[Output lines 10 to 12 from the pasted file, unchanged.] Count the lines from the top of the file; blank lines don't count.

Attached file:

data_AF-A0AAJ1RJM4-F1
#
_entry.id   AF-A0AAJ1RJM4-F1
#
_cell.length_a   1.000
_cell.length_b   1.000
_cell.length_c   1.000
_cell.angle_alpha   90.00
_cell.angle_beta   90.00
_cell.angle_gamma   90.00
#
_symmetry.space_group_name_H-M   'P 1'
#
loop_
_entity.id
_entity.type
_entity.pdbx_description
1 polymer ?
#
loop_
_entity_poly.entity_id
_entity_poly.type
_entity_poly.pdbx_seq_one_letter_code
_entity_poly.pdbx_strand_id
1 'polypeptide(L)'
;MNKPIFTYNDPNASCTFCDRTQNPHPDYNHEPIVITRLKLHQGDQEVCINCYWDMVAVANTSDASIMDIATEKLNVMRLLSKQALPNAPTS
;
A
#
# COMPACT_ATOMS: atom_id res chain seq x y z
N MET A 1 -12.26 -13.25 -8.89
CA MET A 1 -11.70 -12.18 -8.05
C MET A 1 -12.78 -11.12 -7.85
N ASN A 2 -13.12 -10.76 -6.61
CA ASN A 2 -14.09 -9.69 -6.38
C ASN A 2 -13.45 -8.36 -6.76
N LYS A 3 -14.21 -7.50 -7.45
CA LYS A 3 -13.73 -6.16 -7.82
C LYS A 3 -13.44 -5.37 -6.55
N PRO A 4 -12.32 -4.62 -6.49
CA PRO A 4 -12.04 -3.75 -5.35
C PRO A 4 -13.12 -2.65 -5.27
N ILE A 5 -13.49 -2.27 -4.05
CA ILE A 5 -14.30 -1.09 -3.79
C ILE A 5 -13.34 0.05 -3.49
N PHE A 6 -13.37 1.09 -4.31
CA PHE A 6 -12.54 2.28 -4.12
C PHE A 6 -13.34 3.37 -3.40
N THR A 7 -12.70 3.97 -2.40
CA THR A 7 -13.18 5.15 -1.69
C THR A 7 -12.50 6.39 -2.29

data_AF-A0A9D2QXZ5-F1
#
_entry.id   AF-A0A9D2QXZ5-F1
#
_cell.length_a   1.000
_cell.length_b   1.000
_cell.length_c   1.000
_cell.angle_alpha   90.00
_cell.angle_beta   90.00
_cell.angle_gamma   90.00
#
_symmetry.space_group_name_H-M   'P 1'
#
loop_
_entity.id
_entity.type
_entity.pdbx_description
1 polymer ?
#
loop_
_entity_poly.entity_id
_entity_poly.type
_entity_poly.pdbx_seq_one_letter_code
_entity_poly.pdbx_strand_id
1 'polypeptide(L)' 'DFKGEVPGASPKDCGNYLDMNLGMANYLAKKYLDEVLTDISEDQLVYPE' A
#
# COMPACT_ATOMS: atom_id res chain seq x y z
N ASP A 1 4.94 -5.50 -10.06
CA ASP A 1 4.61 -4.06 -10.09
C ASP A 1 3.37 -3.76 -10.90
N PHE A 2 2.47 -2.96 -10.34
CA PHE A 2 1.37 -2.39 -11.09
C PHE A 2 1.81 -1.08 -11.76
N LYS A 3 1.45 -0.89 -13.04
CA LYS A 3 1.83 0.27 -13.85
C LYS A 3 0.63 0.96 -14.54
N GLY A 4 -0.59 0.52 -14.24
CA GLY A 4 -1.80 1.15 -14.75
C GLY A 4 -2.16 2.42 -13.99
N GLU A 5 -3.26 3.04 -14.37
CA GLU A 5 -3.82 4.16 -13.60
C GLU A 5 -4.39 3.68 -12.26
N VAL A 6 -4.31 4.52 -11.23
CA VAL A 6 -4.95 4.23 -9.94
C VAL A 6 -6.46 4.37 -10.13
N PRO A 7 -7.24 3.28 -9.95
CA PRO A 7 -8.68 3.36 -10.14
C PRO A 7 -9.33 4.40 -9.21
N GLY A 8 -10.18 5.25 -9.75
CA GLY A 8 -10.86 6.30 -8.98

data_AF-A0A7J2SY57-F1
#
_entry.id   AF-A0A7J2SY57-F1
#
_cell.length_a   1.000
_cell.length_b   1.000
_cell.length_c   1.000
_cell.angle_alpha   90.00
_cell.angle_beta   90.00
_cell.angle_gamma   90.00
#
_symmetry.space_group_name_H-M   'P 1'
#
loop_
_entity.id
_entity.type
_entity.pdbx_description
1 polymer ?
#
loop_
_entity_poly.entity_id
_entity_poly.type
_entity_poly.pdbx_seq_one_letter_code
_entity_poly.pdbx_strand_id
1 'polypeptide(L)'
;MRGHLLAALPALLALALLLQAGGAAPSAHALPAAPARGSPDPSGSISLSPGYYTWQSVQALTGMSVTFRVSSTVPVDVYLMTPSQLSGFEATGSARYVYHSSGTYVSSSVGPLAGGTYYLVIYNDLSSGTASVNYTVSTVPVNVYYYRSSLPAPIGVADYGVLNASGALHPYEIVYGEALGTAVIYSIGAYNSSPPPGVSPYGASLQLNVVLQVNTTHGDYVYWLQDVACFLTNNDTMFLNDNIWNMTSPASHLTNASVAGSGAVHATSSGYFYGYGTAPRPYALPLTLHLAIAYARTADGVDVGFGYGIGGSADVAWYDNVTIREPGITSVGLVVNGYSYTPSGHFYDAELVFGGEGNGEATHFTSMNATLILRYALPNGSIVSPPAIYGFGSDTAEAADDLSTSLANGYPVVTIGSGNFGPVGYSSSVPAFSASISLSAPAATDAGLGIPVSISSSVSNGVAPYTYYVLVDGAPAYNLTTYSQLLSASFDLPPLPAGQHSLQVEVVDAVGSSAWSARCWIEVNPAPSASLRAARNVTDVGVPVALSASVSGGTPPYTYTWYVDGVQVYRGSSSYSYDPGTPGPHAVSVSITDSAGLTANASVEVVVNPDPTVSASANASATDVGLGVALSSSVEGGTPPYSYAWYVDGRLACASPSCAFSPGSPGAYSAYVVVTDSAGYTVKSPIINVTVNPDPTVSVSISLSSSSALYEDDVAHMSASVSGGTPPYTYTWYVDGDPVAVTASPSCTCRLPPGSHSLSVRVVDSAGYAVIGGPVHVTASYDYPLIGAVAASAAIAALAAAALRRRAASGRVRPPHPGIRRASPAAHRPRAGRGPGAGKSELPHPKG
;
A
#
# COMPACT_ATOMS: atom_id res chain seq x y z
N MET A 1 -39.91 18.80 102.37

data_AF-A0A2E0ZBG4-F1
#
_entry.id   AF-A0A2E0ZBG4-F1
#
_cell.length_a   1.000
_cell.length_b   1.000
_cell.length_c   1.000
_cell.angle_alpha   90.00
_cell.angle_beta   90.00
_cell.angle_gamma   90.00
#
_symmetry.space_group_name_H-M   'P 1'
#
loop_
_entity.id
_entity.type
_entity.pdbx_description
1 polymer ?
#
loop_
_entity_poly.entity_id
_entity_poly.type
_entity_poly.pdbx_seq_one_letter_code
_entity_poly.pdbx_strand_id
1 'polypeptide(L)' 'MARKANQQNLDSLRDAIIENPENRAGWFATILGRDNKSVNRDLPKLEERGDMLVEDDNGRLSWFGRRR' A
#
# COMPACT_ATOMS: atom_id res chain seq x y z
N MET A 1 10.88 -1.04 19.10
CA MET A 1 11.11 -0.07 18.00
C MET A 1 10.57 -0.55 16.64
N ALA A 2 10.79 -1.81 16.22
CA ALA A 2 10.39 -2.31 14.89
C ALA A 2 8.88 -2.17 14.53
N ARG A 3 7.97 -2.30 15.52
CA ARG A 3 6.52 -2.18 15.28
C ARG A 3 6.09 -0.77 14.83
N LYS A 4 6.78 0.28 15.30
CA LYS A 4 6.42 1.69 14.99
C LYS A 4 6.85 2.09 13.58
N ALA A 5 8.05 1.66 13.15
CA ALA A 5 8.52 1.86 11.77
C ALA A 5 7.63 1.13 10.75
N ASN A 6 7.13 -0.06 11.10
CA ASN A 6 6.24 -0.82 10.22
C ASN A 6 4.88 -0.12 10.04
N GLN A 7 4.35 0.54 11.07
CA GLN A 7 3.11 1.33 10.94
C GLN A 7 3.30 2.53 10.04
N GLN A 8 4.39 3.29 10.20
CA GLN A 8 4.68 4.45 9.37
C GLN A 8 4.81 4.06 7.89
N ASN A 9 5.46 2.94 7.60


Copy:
_cell.angle_gamma   90.00
#
_symmetry.space_group_name_H-M   'P 1'